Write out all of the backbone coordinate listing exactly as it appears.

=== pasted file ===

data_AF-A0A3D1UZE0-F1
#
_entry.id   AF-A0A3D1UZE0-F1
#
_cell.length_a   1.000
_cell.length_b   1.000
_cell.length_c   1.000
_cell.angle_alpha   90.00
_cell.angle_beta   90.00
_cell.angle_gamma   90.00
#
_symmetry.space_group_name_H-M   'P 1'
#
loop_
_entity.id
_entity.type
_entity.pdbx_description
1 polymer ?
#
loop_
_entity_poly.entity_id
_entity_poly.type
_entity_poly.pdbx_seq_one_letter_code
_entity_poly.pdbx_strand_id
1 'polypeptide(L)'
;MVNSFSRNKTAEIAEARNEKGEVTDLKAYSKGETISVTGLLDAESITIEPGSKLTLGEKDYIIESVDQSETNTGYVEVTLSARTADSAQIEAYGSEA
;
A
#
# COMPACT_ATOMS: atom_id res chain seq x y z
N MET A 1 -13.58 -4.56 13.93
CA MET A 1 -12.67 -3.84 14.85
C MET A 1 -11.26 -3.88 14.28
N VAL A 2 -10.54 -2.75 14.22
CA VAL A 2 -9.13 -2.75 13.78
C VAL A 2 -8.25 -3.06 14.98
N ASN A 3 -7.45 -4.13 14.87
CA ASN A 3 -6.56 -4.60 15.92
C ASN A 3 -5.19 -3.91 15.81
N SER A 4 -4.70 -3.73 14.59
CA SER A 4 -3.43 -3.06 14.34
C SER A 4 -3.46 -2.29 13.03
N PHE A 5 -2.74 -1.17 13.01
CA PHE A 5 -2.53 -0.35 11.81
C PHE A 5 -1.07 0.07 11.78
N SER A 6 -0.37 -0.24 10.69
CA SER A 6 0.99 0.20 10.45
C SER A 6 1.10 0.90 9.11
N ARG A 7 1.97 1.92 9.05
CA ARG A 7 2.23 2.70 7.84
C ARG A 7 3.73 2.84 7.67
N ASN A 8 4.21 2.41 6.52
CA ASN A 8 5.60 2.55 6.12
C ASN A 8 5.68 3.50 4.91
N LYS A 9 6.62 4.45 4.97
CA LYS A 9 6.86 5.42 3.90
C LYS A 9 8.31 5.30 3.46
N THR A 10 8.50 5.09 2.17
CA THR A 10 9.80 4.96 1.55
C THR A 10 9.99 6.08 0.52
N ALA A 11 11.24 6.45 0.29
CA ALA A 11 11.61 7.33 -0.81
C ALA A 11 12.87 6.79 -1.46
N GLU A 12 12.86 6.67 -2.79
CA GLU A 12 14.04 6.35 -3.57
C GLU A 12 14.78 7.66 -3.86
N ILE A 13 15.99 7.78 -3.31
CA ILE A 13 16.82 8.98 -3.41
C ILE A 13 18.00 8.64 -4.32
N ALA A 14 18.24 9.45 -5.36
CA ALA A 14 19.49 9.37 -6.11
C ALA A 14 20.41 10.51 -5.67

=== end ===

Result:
data_AF-A0A3D1UZE0-F1
#
_entry.id   AF-A0A3D1UZE0-F1
#
_cell.length_a   1.000
_cell.length_b   1.000
_cell.length_c   1.000
_cell.angle_alpha   90.00
_cell.angle_beta   90.00
_cell.angle_gamma   90.00
#
_symmetry.space_group_name_H-M   'P 1'
#
loop_
_entity.id
_entity.type
_entity.pdbx_description
1 polymer ?
#
loop_
_entity_poly.entity_id
_entity_poly.type
_entity_poly.pdbx_seq_one_letter_code
_entity_poly.pdbx_strand_id
1 'polypeptide(L)'
;MVNSFSRNKTAEIAEARNEKGEVTDLKAYSKGETISVTGLLDAESITIEPGSKLTLGEKDYIIESVDQSETNTGYVEVTLSARTADSAQIEAYGSEA
;
A
#
# COMPACT_ATOMS: atom_id res chain seq x y z
N MET A 1 -13.58 -4.56 13.93
CA MET A 1 -12.67 -3.84 14.85
C MET A 1 -11.26 -3.88 14.28
N VAL A 2 -10.54 -2.75 14.22
CA VAL A 2 -9.13 -2.75 13.78
C VAL A 2 -8.25 -3.06 14.98
N ASN A 3 -7.45 -4.13 14.87
CA ASN A 3 -6.56 -4.60 15.92
C ASN A 3 -5.19 -3.91 15.81
N SER A 4 -4.70 -3.73 14.59
CA SER A 4 -3.43 -3.06 14.34
C SER A 4 -3.46 -2.29 13.03
N PHE A 5 -2.74 -1.17 13.01
CA PHE A 5 -2.53 -0.35 11.81
C PHE A 5 -1.07 0.07 11.78
N SER A 6 -0.37 -0.24 10.69
CA SER A 6 0.99 0.20 10.45
C SER A 6 1.10 0.90 9.11
N ARG A 7 1.97 1.92 9.05
CA ARG A 7 2.23 2.70 7.84
C ARG A 7 3.73 2.84 7.67
N ASN A 8 4.21 2.41 6.52
CA ASN A 8 5.60 2.55 6.12
C ASN A 8 5.68 3.50 4.91
N LYS A 9 6.62 4.45 4.97
CA LYS A 9 6.86 5.42 3.90
C LYS A 9 8.31 5.30 3.46
N THR A 10 8.50 5.09 2.17
CA THR A 10 9.80 4.96 1.55
C THR A 10 9.99 6.08 0.52
N ALA A 11 11.24 6.45 0.29
CA ALA A 11 11.61 7.33 -0.81
C ALA A 11 12.87 6.79 -1.46
N GLU A 12 12.86 6.67 -2.79
CA GLU A 12 14.04 6.35 -3.57
C GLU A 12 14.78 7.66 -3.86
N ILE A 13 15.99 7.78 -3.31
CA ILE A 13 16.82 8.98 -3.41
C ILE A 13 18.00 8.64 -4.32
N ALA A 14 18.24 9.45 -5.36
CA ALA A 14 19.49 9.37 -6.11
C ALA A 14 20.41 10.51 -5.67